In a 4-3 vote, the Grosse Pointe Public School System Board of Education rejected a plan to build a school-based clinic at Grosse Pointe North High School.
The previous board approved the clinic last year. Only $1 million was available from the pool of funds that would cost the district construction costs. Sinking fundOperating expenses covered by state and other subsidies.
But a new board majority says the project is an unnecessary and possibly illegal use of sinking fund dollars — even though the school district’s legal counsel insists it’s perfectly legal. The new majority wanted to put the plan on hold and pursue other options.
Grosse Pointe resident Tom Peck agreed. No one doubts the need for more health services in schools, he said, “but we have to look at the big picture, is this the best way to pay for this construction and what’s the harm in waiting to make sure we do it? A fully informed decision?” he asked.
But this delay will effectively kill the project, because the district will not be able to meet the terms of the grant by standing with the construction.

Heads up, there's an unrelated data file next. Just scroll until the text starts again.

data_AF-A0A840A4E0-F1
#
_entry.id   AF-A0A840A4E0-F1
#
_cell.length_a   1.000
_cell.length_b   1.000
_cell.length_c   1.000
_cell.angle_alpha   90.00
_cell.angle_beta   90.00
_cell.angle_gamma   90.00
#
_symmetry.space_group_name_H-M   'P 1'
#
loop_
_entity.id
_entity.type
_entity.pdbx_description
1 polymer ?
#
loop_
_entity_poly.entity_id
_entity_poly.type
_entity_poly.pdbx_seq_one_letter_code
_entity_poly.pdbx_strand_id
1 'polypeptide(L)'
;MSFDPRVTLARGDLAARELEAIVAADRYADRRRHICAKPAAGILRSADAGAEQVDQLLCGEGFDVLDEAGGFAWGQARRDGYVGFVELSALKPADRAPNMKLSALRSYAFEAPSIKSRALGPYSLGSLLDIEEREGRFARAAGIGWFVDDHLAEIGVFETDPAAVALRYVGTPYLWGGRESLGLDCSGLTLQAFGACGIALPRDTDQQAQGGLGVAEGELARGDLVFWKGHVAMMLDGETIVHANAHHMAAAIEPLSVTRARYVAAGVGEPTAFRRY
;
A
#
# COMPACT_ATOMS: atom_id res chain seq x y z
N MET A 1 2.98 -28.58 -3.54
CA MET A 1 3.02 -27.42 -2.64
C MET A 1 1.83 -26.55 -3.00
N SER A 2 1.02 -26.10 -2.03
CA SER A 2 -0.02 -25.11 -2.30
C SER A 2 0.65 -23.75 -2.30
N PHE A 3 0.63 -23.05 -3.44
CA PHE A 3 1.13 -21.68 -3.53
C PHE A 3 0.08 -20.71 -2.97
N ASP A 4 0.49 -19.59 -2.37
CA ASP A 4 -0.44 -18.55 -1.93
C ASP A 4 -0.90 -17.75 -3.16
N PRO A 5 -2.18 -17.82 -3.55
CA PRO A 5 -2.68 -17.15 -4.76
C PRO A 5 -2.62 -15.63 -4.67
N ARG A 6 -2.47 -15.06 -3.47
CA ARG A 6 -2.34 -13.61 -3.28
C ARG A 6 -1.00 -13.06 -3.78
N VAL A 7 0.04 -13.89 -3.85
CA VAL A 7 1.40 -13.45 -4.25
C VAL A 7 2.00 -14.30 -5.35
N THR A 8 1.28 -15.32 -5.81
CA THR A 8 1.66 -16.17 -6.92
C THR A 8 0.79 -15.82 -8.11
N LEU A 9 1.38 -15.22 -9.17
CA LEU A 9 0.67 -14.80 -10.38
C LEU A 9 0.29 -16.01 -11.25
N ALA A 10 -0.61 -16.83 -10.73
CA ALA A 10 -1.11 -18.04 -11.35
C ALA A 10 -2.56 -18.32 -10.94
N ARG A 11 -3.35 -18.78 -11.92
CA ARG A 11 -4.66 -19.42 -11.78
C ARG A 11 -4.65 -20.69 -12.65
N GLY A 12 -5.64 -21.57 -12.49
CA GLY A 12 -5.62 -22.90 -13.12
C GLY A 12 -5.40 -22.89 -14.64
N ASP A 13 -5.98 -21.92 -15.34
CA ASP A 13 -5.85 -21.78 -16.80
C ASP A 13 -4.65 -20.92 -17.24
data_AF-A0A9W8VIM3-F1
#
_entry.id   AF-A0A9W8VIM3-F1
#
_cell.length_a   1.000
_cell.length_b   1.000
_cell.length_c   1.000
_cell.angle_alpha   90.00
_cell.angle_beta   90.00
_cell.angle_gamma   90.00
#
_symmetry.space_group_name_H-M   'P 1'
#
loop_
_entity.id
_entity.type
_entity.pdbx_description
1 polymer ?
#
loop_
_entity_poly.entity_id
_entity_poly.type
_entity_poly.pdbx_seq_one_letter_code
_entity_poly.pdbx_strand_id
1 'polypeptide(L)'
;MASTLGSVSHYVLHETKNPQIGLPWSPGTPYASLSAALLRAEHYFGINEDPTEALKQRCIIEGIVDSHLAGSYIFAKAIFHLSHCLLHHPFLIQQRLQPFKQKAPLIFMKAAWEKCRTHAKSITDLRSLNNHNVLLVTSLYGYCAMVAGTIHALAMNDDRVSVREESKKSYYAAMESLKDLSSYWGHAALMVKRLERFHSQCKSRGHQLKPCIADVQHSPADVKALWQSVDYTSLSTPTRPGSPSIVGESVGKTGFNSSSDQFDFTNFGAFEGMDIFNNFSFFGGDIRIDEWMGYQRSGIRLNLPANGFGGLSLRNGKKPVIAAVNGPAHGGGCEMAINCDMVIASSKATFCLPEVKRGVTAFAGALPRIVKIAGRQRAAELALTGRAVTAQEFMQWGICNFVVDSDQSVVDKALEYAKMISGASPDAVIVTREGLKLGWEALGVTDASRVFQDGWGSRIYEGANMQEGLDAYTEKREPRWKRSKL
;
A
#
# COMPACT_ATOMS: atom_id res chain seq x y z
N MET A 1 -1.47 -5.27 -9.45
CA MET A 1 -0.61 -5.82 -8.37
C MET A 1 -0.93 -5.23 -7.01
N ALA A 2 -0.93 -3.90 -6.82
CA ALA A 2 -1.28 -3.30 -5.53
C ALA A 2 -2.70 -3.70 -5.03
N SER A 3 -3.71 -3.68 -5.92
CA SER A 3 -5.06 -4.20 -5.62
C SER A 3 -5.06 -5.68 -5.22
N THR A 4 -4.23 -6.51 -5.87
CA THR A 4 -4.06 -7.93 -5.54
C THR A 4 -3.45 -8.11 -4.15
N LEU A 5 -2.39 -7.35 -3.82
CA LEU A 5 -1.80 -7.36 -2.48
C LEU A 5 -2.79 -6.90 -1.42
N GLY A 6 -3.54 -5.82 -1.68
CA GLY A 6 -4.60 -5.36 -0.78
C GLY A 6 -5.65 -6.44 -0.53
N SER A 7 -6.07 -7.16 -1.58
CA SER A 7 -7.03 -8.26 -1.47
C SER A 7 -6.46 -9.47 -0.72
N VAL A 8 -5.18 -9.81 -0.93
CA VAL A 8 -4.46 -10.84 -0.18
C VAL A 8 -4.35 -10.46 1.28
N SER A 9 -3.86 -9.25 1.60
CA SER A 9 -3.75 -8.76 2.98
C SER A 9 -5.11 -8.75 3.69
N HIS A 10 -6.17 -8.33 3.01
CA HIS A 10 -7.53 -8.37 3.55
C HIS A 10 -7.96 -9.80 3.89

Board member David Brumbaugh voted against the decision to end the project. The school committee at Grosse Pointe North High School has come up with an innovative way to get much-needed services to its schools, he said.
“Knowing how difficult it was to work with this school district, who is going to give us the same help in the future?” Brumbaugh said. “If we vote no here tonight, what incentive are we giving people in this district and this community to do this kind of unpaid work here again?”
Renewing the contract with Corewell Health, the district’s project partner, and other contractors will now cost the Grosse Pointe district at least $150,000 from its general fund.
Grosse Pointe is one of several school districts and other local governments where neoconservatives are moving quickly on their agendas, sometimes with drastic changes in policy.